Cotton became increasingly essential for Poco, penning the western shuffle “Blue Water” and searing blooze “A Right Along” for the 1973s. crazy eyes as well as the Neil Young-ish “Western Waterloo” for 1974 Cantamos. The prolific group was entering a relatively commercial period, and Cotton stayed on board: he wrote classics for LPs Poco 7 (1974), Crazy in Love (’75), Cimarron Rose (’76), Indian summer (’77), and Legend (’78). His song “Heart of the Night”, from the last of these albums, charted at number 20.
The band took a brief hiatus in the late ’70s, but Cotton stuck around to have songs on every ’80s Poco LP studio, starting with the title track (and three other tracks) from the ’80s. under the gun and ending four albums later with five cuts on 1984 Inamorata. Cotton left Poco in 1987, joined in the early 90s, then parted ways again to enter semi-retirement in 2010.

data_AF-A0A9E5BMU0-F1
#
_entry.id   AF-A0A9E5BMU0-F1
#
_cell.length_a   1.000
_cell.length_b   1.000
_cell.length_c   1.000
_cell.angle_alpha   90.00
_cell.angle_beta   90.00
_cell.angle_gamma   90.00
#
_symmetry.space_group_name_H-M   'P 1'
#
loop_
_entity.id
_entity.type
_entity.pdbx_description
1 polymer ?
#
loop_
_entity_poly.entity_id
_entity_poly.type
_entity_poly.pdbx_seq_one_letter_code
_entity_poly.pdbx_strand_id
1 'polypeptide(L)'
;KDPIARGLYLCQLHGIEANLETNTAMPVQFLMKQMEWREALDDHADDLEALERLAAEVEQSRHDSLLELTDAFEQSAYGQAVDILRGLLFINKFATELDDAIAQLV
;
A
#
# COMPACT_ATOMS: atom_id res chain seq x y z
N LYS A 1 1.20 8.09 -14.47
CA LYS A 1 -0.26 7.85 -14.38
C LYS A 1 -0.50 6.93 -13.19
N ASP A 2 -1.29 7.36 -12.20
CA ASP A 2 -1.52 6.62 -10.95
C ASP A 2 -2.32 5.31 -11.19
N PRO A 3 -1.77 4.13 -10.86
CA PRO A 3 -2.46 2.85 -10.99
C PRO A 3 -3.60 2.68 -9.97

Cotton had started a solo career in 1990 with the album change horse, and he released several other solo albums throughout the 2000s while performing occasionally with the Paul Cotton Band. In 2009, a few years after Cotton moved to Key West, he and David reunited for a few shows under the name Illinois Speed Press – wish I could have seen that.
Cotton died suddenly at his summer home near Eugene, Oregon on July 31, 2021, at the age of 78. He left behind a giant musical legacy, as well as his wife, Caroline; his sons, Chris and James; two brothers, David and Robert; two sisters, Carol and Colleen; and a grandson.
The radio version of Secret History of Chicago Music airs on outside the loop on WGN Radio 720 AM, Saturdays at 5 a.m. with host Mike Stephen. Past shows are archived here.